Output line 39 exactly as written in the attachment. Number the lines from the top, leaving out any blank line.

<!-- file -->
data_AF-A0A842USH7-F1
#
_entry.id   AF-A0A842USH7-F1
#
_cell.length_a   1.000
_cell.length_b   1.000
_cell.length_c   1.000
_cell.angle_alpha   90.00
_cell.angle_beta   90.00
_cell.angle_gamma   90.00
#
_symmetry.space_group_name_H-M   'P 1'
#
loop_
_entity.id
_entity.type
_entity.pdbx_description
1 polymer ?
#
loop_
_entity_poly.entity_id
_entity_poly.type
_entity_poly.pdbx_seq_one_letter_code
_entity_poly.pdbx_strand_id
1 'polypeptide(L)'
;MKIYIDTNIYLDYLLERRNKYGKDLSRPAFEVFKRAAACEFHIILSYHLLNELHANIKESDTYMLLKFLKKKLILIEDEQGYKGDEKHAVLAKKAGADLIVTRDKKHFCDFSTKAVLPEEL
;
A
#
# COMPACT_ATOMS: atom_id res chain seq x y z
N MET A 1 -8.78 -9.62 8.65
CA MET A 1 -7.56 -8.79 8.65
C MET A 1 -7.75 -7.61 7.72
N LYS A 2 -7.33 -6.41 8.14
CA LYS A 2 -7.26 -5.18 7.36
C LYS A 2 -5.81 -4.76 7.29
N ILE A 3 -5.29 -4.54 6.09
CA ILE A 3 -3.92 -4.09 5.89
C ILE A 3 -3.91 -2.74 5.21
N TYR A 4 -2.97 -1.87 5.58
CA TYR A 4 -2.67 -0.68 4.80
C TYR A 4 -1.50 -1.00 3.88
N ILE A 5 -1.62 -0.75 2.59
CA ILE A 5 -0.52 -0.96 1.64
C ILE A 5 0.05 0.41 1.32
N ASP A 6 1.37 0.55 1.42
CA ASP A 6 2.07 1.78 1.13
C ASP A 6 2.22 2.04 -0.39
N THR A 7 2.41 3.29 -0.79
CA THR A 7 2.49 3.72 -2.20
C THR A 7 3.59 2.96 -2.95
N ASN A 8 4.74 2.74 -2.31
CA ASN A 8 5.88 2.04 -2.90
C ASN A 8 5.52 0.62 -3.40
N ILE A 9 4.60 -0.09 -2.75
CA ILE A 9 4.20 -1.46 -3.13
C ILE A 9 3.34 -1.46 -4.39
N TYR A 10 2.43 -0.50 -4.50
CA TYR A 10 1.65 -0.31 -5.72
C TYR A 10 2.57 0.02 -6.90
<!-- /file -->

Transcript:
C ILE A 3 -3.91 -2.74 5.21